Solving for perception problems related to your brand or product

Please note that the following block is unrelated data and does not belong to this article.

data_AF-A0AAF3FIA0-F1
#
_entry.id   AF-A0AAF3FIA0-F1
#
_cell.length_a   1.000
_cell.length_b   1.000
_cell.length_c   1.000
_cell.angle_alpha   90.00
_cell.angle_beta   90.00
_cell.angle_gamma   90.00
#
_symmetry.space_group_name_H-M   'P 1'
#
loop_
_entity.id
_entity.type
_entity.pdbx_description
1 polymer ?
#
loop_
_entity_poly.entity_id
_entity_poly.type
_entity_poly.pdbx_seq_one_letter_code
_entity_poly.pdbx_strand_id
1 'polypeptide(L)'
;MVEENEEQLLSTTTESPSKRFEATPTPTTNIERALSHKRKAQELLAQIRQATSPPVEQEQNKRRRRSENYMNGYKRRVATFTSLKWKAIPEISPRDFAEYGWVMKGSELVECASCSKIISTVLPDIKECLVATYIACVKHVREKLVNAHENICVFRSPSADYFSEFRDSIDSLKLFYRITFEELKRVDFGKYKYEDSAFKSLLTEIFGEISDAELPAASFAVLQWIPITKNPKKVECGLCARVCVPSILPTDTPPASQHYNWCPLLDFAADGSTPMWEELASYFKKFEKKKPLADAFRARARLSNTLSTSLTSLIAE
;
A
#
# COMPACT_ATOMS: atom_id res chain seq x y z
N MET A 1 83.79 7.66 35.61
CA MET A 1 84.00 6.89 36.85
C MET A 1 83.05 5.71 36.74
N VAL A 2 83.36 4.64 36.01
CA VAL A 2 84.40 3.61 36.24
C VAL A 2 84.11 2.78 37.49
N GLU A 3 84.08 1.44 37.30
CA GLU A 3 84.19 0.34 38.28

A lot of us work on brands or products that are completely or partially misunderstood in culture. Of course figuring out that something is misunderstood is fairly straight forward. Even simple surveys will help us do that. The problem comes when we attempt to solve the issue or correct the misunderstanding. We quickly realize — It’s easy to be misunderstood. But very difficult to correct an inaccurate perception. Logical ideas and scientific approaches just don’t work. A while ago we had a food retailer tell us that no matter what they do they can’t seem to shake off the perception that their produce isn’t fresh. Despite numerous initiatives to empirically correct the issue and logically communicate the correction, they hadn’t been able to break out of the perception that they do not carry the freshest 'fruits and veg'. To solve the perceptual misfire, we knew we had to identify the meanings that create the perception and of course, examine those meanings that go beyond obvious logic - those are often the places where the gains can be truly made. Exploring the meanings that shape people's perception of freshness allowed us to identify the not-so-obvious connection to food waste. In essence, the consumer believed that if a retailer has the freshest produce, then they must also have a best-in-class food waste program so as to not only minimize waste but also ensure that excess food is donated to various communities programs. It's not one of those obvious connections but once it was uncovered, it just made so much logical sense. If you believe you offer the freshest produce, then you must demonstrate that you truly value your product offering. And the best way to demonstrate its value is by minimizing waste and maximizing the benefit to consumers and the community. So, instead of trying to demonstrate logical reasons for why their produce was fresh, the retailer focused on creating and excelling in their food wastage initiative, especially when it came to fruits and vegetables. Within a quarter, they began to see a lift in their brand perception studies and over the course of a year added new equity to their brand and business and sizable gains to their balance sheet. By going through the lens of meaning, MotivBase was able to identify the right narrative with which to attack the perception problem. We didn't assume what that narrative was. We discovered it by exploring the implicit meanings that make up the consumer's perception of freshness. Meanings offer incredible value to our respective businesses. They don't just teach us about what the consumer is really thinking. They also teach us about how that thinking is modeled and framed up in their minds.

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